Risky Business: Working with nonprofit organizations

September 2006 » Business
While effectively addressing these six issues will not ensure a perfect project, it should help reduce known risks substantially. "Do it right or don't do it," ASFE says. Addressing these issues will help.
John P. Bachner

MEMORANDUM

TO: Building Committee
FROM: Douglas Downs, P.E.
RE: Risk Management

I want you to know how honored I am that you chose our firm for this prestigious commission. Before we take the next step—finalizing the contract—you need to know something important: The building committees of nonprofit organizations such as yours become embroiled in a disproportionate number of claims and disputes with the design professionals and contractors they retain for their projects. ASFE/The Best People on Earth has researched this issue and has developed a variety of techniques to help its member firms prevent problems, for the benefit of all project participants.

Issue One: Overall approach

Cheap construction is expensive because shortcuts frequently cause problems, and the costs far exceed whatever savings the shortcuts were supposed to deliver. By building quality into the design professionals' scopes of service, and by dealing with contractors known to take pride in their work, we can minimize problems and achieve the long-term (and often, short-term) cost effectiveness that is the hallmark of good quality.

Issue Two: Lack of continuity

Yours is a 10-person committee, so one or two members probably will miss each meeting, causing the collective memory of the owner's representative to change from meeting to meeting. To avoid the problems this situation commonly leads to, those who cannot attend in person should be encouraged to attend by call-in, and we need to keep comprehensive minutes or tape-record each meeting so that those who cannot attend by conference call can get themselves "up-to-speed" before the next meeting. (This may sound silly, but experience suggests that each person who cannot attend should promise to read the minutes or listen to the tape recording before the next meeting.)

Issue Three: Ego

I doubt this will be a problem, but I need to put it on the table. Some of you are or were CEOs and, as a result, may be accustomed to making decisions on your own. Committees work differently, as you know, and sometimes this difference can be chafing. Let's face it, strong organizational leaders seldom get to the top spot by being good committee members. In addition, of course, you all are leaders of the "client organization" and leaders of our community. And that's one of the reasons I'm writing this memo: You are the community's "establishment," so I want everything to proceed smoothly. You do, too, of course, and, toward that end, I encourage you to develop operating procedures, if you have not done so already.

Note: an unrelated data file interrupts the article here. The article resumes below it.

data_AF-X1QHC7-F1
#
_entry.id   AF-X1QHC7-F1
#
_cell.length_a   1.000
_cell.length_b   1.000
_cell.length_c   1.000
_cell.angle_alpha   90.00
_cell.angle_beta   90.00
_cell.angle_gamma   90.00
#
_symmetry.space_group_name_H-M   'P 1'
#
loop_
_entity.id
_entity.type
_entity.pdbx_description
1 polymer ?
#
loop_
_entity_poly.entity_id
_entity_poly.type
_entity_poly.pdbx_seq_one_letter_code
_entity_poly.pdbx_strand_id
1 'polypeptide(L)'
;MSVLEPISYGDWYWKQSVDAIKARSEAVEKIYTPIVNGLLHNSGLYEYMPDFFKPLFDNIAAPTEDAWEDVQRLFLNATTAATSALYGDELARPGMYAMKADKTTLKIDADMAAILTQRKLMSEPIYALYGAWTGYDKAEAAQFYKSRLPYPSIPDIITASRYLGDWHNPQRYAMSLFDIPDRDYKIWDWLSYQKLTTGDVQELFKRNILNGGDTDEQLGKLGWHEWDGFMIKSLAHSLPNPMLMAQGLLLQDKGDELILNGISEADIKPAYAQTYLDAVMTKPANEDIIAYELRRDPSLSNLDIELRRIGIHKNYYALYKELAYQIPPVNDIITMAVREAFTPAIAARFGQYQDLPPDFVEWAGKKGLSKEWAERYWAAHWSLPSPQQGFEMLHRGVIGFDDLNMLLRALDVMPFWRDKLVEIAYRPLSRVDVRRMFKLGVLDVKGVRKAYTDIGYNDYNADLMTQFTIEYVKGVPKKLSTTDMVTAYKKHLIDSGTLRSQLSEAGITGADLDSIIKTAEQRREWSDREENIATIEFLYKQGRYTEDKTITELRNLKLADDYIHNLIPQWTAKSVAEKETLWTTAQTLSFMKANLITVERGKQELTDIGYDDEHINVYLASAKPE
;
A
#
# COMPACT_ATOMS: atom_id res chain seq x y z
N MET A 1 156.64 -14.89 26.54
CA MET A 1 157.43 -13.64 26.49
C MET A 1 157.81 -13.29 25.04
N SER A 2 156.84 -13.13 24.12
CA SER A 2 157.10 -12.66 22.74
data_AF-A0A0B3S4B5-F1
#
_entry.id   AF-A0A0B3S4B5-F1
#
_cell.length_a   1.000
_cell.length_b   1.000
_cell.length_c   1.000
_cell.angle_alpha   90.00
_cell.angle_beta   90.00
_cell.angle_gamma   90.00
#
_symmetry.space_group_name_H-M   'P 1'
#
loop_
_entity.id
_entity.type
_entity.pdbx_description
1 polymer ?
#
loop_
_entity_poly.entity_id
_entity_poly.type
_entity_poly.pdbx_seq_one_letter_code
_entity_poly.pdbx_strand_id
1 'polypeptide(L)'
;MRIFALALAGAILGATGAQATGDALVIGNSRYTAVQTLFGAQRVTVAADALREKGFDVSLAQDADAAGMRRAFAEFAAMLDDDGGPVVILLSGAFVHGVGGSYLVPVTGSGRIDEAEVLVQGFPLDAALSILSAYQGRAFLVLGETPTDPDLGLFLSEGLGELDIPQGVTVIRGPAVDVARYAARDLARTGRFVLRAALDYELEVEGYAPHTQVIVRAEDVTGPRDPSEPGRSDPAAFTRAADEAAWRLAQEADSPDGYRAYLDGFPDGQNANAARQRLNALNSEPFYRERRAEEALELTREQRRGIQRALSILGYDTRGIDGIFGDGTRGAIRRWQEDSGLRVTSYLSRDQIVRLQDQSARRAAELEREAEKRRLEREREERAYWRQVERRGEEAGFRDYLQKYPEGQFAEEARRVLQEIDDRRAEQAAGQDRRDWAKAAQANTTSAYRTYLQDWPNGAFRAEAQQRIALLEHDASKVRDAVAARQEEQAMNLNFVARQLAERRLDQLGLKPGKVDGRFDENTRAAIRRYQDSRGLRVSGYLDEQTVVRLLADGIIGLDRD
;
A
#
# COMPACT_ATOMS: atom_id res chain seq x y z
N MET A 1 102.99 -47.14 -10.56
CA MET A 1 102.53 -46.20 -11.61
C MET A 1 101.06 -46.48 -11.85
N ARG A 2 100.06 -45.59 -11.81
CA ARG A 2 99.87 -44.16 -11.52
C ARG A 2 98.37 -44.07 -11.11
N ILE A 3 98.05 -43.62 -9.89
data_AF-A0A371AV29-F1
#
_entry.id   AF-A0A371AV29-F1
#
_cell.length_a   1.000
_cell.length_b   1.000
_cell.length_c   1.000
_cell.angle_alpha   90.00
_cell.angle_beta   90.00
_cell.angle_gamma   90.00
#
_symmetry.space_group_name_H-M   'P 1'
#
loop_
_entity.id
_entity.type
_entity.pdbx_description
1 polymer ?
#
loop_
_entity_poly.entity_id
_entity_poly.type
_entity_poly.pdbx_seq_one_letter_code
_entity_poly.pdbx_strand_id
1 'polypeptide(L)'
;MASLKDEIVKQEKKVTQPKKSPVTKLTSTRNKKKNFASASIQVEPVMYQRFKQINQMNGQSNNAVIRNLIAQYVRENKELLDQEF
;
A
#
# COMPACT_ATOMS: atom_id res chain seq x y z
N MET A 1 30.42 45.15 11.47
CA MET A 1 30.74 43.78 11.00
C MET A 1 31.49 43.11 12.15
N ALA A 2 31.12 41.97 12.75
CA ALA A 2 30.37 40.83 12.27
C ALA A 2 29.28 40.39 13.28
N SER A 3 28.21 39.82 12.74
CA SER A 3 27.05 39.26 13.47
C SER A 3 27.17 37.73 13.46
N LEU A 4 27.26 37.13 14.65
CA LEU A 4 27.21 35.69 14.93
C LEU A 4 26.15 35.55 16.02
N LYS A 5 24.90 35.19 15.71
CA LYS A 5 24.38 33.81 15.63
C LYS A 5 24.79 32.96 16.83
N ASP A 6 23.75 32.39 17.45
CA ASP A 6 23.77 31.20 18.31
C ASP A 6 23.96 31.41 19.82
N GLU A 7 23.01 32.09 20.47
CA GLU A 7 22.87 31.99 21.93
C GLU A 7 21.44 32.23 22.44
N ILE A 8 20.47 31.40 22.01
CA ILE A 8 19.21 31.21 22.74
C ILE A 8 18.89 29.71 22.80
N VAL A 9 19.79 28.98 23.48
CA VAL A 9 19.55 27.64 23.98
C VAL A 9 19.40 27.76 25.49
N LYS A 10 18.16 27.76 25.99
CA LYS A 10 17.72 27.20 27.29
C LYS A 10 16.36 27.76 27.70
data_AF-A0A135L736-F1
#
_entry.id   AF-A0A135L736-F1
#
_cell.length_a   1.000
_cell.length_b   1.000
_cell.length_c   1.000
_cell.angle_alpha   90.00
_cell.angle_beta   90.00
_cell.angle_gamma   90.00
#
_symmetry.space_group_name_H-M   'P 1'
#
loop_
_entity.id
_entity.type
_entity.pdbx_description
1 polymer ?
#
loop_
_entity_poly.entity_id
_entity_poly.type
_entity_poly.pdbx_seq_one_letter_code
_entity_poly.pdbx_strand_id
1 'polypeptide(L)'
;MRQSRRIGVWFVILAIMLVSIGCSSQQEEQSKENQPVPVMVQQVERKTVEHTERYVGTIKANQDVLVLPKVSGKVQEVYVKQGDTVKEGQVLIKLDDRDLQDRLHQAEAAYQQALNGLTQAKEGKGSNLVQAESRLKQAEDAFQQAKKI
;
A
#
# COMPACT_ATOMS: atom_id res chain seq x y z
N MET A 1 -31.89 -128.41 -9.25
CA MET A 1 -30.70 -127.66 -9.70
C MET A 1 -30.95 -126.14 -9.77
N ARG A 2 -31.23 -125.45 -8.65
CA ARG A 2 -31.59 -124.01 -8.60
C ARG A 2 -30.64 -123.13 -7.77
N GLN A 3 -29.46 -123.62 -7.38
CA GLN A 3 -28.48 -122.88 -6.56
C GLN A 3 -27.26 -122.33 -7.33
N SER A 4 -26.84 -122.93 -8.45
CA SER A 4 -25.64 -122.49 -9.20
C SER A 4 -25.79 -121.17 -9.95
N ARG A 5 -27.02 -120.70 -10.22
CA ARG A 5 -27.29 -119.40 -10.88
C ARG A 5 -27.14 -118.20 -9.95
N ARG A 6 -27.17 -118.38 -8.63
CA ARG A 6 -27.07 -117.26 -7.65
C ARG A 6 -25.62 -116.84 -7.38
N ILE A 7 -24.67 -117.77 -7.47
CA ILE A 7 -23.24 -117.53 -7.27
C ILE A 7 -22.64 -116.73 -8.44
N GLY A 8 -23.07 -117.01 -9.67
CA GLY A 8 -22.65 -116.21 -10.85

For example, while one would hope that decisions will be unanimous, it may not work out that way. Will a majority vote be enough? A two-thirds majority? Those on the losing side need to move on gracefully, and in all respects, meetings should be marked by appropriate decorum. Those with questions should feel free to ask them. Those with ideas should feel free to share them. Time will always be limited, of course, so it may be helpful to ask questions and share insights by e-mail between meetings so that we can cover everything important expeditiously.

Issue Four: Emergency decisions

I will do my best to make these unnecessary, but things happen such as unforeseen material shortages, unusual weather, or other natural events. Being able to respond quickly can make all the difference; involving the full committee will slow things down. I suggest that you form a three-person executive committee with two alternates, permitting us to convene and conduct business quickly on short notice. Again, I would hope we do not have to convene the group.

Issue Five: Construction realities

Construction is complex. While I will do my best to be realistic about costs and schedules, recognize that grand openings seldom occur on schedule or for the original budget. Above all, we do not want to jeopardize quality to meet a budget that was too low or a schedule that was too compressed. I urge you to underpromise so we can overdeliver. I believe we would all love to read the headline, "Committee delivers ahead of schedule and under budget."

Issue Six: Fee

As you know, I am a fellow member. While I would like to extend a "special rate," doing so would be unwise. Staff members who will participate in this project appreciate the importance of profit because profit funds their bonuses, their profit-sharing retirement funding, and new equipment. If the project is set up to be less profitable than others, their commitment to the project could be affected, and that could lead to problems we cannot afford. Accordingly, I plan to charge our usual fee and, once we have completed the project, we will compute the profit and donate 50 percent of it.

While effectively addressing these six issues will not ensure a perfect project, it should help reduce known risks substantially. "Do it right or don't do it," ASFE says. Addressing these issues will help us do it right.


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